How to Get Your Toddler to Take Medicine Without a Fight

We know how stubborn toddlers can be. These simple, parent-tested tricks to getting little ones to take medicine can help.

Published July 28, 2023
toddler crying and refusing medicine

As the mom of two littles, I am quite familiar with the struggle of trying to figure out how to get a 2-year-old to take medicine. Funny thing is, I often have to remind my older son that bath water isn't for drinking, but he acts like that cherry-flavored Tylenol is the worst thing ever.

Thankfully, after some experimentation and various visits with our pediatrician, we figured out how to get toddlers to take medicine without a fight.

Why Do Babies & Toddlers Not Like to Take Medicine?

As annoying as it is to try to get your toddler to take a messy dose of pain medication or their prescribed antibiotic, there is actually a good reason for their resistance. It's a part of their basic biology! You see, before adolescence, your child has a heightened sensitivity to bitter tastes.

Even with the bubble gum and fruit flavors, they notice the sharp underlying flavor of these medications. Doctors note that this distaste for bitter things actually "protects them from ingesting poisons."

7 Effective Tips for Getting a Toddler to Take Medicine

toddler taking medicine

It's amazing how strong a toddler can be when they don't want to do something. Thankfully, there are some simple ways to get even a stubborn toddler to take medicine.

1. Help Them Understand the Need for Medicine

Before the struggle even begins, remove any distractions, get down on their level, and have a little chat about the importance of medicine when we are sick. Talk about how it is going to make them feel better. If they can articulate what is wrong, then use that!

For instance, if they told you their throat hurt, then let them know that if they take their medicine, their throat will feel better in a few days, but without the medicine it could hurt for a long time. This is also a fantastic time to talk about germs and how to keep ourselves and those we care about safe.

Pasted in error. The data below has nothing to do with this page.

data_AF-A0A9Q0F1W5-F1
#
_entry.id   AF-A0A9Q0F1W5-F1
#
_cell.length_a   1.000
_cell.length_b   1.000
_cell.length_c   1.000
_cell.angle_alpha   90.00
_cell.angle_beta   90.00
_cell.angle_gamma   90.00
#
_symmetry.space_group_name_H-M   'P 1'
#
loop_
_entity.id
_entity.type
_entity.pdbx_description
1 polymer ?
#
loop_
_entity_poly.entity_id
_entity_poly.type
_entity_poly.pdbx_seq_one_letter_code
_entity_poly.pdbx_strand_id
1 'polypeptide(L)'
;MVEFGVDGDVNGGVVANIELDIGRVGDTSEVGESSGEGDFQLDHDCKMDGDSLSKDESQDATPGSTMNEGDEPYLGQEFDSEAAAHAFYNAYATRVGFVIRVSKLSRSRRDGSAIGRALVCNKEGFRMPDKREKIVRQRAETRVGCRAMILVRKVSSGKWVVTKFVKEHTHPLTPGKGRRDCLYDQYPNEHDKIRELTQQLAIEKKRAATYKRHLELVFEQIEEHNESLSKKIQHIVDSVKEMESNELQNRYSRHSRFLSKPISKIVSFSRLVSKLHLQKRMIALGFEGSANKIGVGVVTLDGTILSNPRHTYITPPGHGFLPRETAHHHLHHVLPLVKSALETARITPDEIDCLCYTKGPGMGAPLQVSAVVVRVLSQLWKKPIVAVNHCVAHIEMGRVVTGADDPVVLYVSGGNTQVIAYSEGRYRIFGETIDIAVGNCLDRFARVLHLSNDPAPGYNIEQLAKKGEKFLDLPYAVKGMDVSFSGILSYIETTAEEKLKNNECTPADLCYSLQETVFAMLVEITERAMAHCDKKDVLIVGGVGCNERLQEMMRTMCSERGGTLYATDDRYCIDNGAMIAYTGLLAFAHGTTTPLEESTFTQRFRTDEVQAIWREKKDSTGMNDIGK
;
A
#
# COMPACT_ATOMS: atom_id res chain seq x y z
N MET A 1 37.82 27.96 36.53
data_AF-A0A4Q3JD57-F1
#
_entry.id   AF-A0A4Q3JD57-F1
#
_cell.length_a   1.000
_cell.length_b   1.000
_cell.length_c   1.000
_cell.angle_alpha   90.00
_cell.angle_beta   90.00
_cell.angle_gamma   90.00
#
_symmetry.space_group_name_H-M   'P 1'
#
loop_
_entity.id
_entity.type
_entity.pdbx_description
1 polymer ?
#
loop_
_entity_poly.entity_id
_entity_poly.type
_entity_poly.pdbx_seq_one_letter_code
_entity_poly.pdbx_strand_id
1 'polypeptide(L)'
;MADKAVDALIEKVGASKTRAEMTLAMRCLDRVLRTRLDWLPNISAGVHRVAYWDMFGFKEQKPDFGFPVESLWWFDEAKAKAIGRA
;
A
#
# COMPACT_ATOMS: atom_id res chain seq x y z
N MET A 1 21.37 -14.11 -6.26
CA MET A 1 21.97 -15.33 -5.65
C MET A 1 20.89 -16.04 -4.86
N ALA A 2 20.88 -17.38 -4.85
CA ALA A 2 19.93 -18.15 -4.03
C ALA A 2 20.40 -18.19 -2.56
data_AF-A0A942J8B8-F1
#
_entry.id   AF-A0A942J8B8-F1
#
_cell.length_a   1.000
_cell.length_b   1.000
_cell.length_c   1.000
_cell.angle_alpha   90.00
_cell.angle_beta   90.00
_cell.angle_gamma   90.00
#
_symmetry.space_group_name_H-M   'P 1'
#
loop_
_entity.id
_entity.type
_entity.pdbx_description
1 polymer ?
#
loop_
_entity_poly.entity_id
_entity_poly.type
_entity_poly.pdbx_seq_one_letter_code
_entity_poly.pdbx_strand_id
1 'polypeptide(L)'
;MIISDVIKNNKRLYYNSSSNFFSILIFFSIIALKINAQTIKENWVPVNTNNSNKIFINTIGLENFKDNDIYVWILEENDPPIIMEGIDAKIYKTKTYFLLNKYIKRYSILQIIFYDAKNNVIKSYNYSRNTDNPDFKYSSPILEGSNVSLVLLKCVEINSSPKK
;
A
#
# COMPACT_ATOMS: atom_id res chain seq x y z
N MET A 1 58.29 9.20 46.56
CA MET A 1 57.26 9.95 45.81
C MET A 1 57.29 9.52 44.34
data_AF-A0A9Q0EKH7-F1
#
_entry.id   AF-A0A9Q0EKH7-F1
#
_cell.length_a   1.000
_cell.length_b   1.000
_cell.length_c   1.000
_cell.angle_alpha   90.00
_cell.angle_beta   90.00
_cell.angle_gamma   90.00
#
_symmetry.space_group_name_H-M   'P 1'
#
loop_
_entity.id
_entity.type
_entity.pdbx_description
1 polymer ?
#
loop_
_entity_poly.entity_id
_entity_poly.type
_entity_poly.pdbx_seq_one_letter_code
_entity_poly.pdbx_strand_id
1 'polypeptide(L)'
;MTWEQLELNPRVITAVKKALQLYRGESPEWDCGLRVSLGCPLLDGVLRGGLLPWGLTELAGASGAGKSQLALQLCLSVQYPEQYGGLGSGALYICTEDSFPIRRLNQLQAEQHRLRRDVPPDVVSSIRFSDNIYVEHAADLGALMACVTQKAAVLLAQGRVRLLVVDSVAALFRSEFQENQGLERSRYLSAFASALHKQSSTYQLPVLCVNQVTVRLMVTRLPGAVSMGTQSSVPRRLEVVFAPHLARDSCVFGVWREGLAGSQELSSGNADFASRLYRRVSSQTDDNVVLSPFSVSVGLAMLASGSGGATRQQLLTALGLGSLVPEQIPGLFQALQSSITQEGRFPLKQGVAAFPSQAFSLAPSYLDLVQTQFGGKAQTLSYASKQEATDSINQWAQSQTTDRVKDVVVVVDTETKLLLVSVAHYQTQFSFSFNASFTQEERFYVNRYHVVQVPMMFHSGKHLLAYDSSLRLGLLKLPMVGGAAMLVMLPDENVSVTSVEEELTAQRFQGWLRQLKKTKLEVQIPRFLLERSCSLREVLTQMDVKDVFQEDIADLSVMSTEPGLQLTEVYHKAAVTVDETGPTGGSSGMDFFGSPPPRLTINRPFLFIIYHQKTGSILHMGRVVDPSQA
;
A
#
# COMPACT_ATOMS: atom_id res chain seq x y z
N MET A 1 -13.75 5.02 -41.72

Need to Know

Parents also need to reiterate that medicine is ONLY for when we are sick and should ONLY be given by a doctor or our parents. Stress that they should never take medicine without permission. Shows like Lellobee and Little Baby Bum have great songs that share this information in a fun way and can help them understand why they need to take it.

2. Target Their Cheek, Not Their Tongue

Since your child's taste buds are a big part of the problem, the easiest solution is to administer the medicine away from their tongue and in the back of their cheek! This makes it easier for them to swallow it down, without the overwhelming flavor.

Need to Know

Don't squirt it directly into the back of their throat. This can cause them to choke and potentially throw up.

3. Always Use a Syringe

Once you upgrade to children's medications, they many times only provide you with a little cup. These, as well as spoons, bring the issue of flavor back into the mix. Instead, while you are at your local retail store, grocery, or pharmacy, pick up a syringe so that you can more effectively administer their medication!

4. Slow and Steady Wins the Race

Too much medication at one time can be overwhelming to a child. The intent should be to give them about a milliliter at a time. This helps them to swallow it down without the bitter flavor taking over their entire mouth. When you do this, let them know how many squirts to expect. For example, if they are getting 5 mL of Tylenol, tell them to expect five squirts and count each one as you give it.

Helpful Hack